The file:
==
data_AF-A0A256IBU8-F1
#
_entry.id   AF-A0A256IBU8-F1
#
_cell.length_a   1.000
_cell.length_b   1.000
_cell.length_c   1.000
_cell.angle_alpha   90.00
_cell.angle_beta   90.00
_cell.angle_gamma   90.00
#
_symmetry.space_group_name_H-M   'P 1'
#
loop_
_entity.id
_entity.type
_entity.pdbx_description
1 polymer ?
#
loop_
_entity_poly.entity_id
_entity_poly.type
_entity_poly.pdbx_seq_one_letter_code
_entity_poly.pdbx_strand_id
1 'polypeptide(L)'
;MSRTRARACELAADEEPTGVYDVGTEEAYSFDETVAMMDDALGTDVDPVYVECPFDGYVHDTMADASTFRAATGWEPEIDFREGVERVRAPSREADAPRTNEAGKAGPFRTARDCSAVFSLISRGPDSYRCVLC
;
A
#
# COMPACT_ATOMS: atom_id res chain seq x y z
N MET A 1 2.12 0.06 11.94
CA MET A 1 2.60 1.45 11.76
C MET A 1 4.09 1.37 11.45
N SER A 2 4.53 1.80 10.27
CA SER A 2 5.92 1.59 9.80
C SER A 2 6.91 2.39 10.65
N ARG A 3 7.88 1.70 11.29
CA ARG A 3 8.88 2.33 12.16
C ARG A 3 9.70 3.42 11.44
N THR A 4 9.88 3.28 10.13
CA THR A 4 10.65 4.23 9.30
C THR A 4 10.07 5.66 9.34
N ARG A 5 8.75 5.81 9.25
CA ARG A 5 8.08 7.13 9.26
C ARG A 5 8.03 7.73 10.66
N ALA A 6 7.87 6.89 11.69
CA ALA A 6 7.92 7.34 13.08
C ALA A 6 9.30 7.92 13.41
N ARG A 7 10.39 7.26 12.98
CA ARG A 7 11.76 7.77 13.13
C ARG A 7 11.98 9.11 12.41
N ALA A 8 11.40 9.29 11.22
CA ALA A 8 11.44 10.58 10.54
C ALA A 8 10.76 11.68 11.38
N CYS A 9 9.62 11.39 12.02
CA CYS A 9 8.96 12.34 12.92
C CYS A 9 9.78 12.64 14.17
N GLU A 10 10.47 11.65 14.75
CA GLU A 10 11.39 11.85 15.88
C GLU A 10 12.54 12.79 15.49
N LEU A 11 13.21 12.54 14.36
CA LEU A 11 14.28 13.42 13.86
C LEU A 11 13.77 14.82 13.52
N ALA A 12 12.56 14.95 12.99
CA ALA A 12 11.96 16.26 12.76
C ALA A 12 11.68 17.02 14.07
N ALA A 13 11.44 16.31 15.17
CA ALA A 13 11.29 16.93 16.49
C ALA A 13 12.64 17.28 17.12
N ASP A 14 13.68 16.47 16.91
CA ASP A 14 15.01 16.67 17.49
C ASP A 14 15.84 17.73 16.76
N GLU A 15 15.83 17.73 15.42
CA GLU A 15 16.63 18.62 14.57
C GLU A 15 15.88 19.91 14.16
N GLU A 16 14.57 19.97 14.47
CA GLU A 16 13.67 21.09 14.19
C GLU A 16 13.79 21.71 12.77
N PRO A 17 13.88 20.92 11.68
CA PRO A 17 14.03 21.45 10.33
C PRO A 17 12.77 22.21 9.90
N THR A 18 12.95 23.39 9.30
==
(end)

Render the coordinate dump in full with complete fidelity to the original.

data_AF-A0A256IBU8-F1
#
_entry.id   AF-A0A256IBU8-F1
#
_cell.length_a   1.000
_cell.length_b   1.000
_cell.length_c   1.000
_cell.angle_alpha   90.00
_cell.angle_beta   90.00
_cell.angle_gamma   90.00
#
_symmetry.space_group_name_H-M   'P 1'
#
loop_
_entity.id
_entity.type
_entity.pdbx_description
1 polymer ?
#
loop_
_entity_poly.entity_id
_entity_poly.type
_entity_poly.pdbx_seq_one_letter_code
_entity_poly.pdbx_strand_id
1 'polypeptide(L)'
;MSRTRARACELAADEEPTGVYDVGTEEAYSFDETVAMMDDALGTDVDPVYVECPFDGYVHDTMADASTFRAATGWEPEIDFREGVERVRAPSREADAPRTNEAGKAGPFRTARDCSAVFSLISRGPDSYRCVLC
;
A
#
# COMPACT_ATOMS: atom_id res chain seq x y z
N MET A 1 2.12 0.06 11.94
CA MET A 1 2.60 1.45 11.76
C MET A 1 4.09 1.37 11.45
N SER A 2 4.53 1.80 10.27
CA SER A 2 5.92 1.59 9.80
C SER A 2 6.91 2.39 10.65
N ARG A 3 7.88 1.70 11.29
CA ARG A 3 8.88 2.33 12.16
C ARG A 3 9.70 3.42 11.44
N THR A 4 9.88 3.28 10.13
CA THR A 4 10.65 4.23 9.30
C THR A 4 10.07 5.66 9.34
N ARG A 5 8.75 5.81 9.25
CA ARG A 5 8.08 7.13 9.26
C ARG A 5 8.03 7.73 10.66
N ALA A 6 7.87 6.89 11.69
CA ALA A 6 7.92 7.34 13.08
C ALA A 6 9.30 7.92 13.41
N ARG A 7 10.39 7.26 12.98
CA ARG A 7 11.76 7.77 13.13
C ARG A 7 11.98 9.11 12.41
N ALA A 8 11.40 9.29 11.22
CA ALA A 8 11.44 10.58 10.54
C ALA A 8 10.76 11.68 11.38
N CYS A 9 9.62 11.39 12.02
CA CYS A 9 8.96 12.34 12.92
C CYS A 9 9.78 12.64 14.17
N GLU A 10 10.47 11.65 14.75
CA GLU A 10 11.39 11.85 15.88
C GLU A 10 12.54 12.79 15.49
N LEU A 11 13.21 12.54 14.36
CA LEU A 11 14.28 13.42 13.86
C LEU A 11 13.77 14.82 13.52
N ALA A 12 12.56 14.95 12.99
CA ALA A 12 11.96 16.26 12.76
C ALA A 12 11.68 17.02 14.07
N ALA A 13 11.44 16.31 15.17
CA ALA A 13 11.29 16.93 16.49
C ALA A 13 12.64 17.28 17.12
N ASP A 14 13.68 16.47 16.91
CA ASP A 14 15.01 16.67 17.49
C ASP A 14 15.84 17.73 16.76
N GLU A 15 15.83 17.73 15.42
CA GLU A 15 16.63 18.62 14.57
C GLU A 15 15.88 19.91 14.16
N GLU A 16 14.57 19.97 14.47
CA GLU A 16 13.67 21.09 14.19
C GLU A 16 13.79 21.71 12.77
N PRO A 17 13.88 20.92 11.68
CA PRO A 17 14.03 21.45 10.33
C PRO A 17 12.77 22.21 9.90
N THR A 18 12.95 23.39 9.30